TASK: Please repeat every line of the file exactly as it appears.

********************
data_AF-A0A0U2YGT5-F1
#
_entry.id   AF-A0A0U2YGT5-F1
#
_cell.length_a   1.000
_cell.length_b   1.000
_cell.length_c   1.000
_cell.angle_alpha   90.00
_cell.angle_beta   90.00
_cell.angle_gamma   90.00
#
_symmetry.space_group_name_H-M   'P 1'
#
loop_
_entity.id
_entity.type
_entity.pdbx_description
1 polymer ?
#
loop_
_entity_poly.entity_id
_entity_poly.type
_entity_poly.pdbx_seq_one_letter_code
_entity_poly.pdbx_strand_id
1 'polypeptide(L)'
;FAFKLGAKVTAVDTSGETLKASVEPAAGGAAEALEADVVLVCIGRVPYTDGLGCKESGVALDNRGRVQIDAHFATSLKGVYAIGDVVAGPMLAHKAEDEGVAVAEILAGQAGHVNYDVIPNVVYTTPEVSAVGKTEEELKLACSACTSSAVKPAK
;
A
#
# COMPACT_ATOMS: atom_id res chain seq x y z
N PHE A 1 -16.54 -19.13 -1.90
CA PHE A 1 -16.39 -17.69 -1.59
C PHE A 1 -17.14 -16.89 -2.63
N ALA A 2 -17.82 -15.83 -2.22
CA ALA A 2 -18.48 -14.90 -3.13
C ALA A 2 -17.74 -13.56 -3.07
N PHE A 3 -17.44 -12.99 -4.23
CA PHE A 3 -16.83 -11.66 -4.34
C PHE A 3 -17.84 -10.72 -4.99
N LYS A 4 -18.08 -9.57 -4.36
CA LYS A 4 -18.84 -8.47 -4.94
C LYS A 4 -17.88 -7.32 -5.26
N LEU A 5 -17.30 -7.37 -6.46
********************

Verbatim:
data_AF-A0A0U2YGT5-F1
#
_entry.id   AF-A0A0U2YGT5-F1
#
_cell.length_a   1.000
_cell.length_b   1.000
_cell.length_c   1.000
_cell.angle_alpha   90.00
_cell.angle_beta   90.00
_cell.angle_gamma   90.00
#
_symmetry.space_group_name_H-M   'P 1'
#
loop_
_entity.id
_entity.type
_entity.pdbx_description
1 polymer ?
#
loop_
_entity_poly.entity_id
_entity_poly.type
_entity_poly.pdbx_seq_one_letter_code
_entity_poly.pdbx_strand_id
1 'polypeptide(L)'
;FAFKLGAKVTAVDTSGETLKASVEPAAGGAAEALEADVVLVCIGRVPYTDGLGCKESGVALDNRGRVQIDAHFATSLKGVYAIGDVVAGPMLAHKAEDEGVAVAEILAGQAGHVNYDVIPNVVYTTPEVSAVGKTEEELKLACSACTSSAVKPAK
;
A
#
# COMPACT_ATOMS: atom_id res chain seq x y z
N PHE A 1 -16.54 -19.13 -1.90
CA PHE A 1 -16.39 -17.69 -1.59
C PHE A 1 -17.14 -16.89 -2.63
N ALA A 2 -17.82 -15.83 -2.22
CA ALA A 2 -18.48 -14.90 -3.13
C ALA A 2 -17.74 -13.56 -3.07
N PHE A 3 -17.44 -12.99 -4.23
CA PHE A 3 -16.83 -11.66 -4.34
C PHE A 3 -17.84 -10.72 -4.99
N LYS A 4 -18.08 -9.57 -4.36
CA LYS A 4 -18.84 -8.47 -4.94
C LYS A 4 -17.88 -7.32 -5.26
N LEU A 5 -17.30 -7.37 -6.46